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    Based upon your description, this must be a very different morel. The black morels found in the US are typically soaked in salt water to get rid of insects living inside them, and then sauteed in butter (with or without battering), and are not uncommon in high-end restaurants. The only indication I've found of concern is repeated warnings not to serve them raw, and one incident of a naive chef who served them raw in a salad, resulting in numerous patrons becoming ill.
    – Beofett
    Commented Apr 12, 2012 at 12:50
  • Yes, they must be. Here is a google image search on the mushroom in question. Does this variety not exist in the US? bit.ly/Ixwffs Commented Apr 12, 2012 at 13:09
  • Oh, my. That looks nothing like the morels I've seen in the US. The most common ones in my area are the black morels.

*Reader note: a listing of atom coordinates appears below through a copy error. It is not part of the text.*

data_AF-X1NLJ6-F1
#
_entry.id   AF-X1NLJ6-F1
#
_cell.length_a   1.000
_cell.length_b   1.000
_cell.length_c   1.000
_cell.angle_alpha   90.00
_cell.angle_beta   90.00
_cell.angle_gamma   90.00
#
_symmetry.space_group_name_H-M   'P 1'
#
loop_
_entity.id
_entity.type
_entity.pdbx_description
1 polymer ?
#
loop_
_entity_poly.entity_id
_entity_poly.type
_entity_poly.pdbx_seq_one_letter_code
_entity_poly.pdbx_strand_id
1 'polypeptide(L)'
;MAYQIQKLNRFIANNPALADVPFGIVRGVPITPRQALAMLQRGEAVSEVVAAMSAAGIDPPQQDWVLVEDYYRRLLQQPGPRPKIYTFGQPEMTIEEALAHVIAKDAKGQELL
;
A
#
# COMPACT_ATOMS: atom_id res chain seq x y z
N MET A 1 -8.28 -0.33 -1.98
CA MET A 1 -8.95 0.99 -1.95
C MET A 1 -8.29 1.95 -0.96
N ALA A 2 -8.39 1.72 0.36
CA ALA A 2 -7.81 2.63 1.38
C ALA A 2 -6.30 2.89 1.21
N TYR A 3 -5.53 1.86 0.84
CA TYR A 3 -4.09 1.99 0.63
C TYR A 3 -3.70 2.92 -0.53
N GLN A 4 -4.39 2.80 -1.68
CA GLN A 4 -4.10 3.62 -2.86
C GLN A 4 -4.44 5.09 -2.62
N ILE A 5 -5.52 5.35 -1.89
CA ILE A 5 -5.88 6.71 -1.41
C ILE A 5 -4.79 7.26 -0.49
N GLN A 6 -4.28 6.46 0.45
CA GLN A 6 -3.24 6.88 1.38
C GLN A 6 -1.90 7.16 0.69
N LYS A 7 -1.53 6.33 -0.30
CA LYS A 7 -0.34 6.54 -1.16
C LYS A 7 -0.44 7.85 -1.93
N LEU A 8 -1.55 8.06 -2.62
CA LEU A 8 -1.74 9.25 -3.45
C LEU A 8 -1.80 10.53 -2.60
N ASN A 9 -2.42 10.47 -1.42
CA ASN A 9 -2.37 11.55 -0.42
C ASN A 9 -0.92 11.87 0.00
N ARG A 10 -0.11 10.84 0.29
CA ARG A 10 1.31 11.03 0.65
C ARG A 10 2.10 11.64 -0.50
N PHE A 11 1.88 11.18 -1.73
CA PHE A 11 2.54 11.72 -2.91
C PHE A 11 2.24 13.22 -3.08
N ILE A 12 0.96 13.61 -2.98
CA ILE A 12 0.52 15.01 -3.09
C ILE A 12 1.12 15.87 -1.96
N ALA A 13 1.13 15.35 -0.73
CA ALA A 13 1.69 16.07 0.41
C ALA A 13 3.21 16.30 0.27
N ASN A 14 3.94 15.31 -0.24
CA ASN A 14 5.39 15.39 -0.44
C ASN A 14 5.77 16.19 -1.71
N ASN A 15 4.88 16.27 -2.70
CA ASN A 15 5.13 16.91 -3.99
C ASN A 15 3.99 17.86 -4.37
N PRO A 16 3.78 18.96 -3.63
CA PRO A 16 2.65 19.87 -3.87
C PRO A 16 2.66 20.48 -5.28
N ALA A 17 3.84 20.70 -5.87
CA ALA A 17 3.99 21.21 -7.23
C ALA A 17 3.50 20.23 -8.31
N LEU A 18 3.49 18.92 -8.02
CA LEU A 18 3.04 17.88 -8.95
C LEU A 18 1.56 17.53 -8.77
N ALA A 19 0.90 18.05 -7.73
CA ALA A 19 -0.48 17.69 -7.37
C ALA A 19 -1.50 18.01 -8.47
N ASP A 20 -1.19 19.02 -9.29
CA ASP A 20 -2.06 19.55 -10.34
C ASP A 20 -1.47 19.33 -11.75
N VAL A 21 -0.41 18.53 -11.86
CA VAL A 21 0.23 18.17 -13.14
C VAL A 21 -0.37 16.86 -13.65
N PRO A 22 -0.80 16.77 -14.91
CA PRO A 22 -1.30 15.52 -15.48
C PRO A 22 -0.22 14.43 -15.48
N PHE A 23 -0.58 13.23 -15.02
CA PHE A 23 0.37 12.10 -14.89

– Beofett
    Commented Apr 12, 2012 at 13:12
  • Ah, I see. Those are "toppmurklor" over here ("top morels" in translation). :) The link is not working by the way, but I found plenty on google. Anyway, just disregard my answer. It is obviously not the same mushroom. Commented Apr 12, 2012 at 13:32
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    @Steve: Cool! I knew that they had to exist outside Sweden, I just could not find the English name. As for the toxicity, it is all a little exaggerated. If the instructions are followed very little of the toxins remain, and unless you eat them very often you will be fine. Commented Nov 23, 2012 at 10:05

Morel mushrooms have the toxin Hydrazine in them which has a boiling point of 237°F

Water can only get to 212°F and is NOT suitable for breaking apart the toxin, so just steaming or boiling will not work.

Olive oil has a smoke point upwards of 350°F and is suitable for sautéing Morels.

  • 1
    As long as they're not dried, mushrooms will not get significantly above 212°F when sauteed. Only the outside exceeds that temperature.
    – Sneftel
    Commented Feb 25, 2020 at 6:10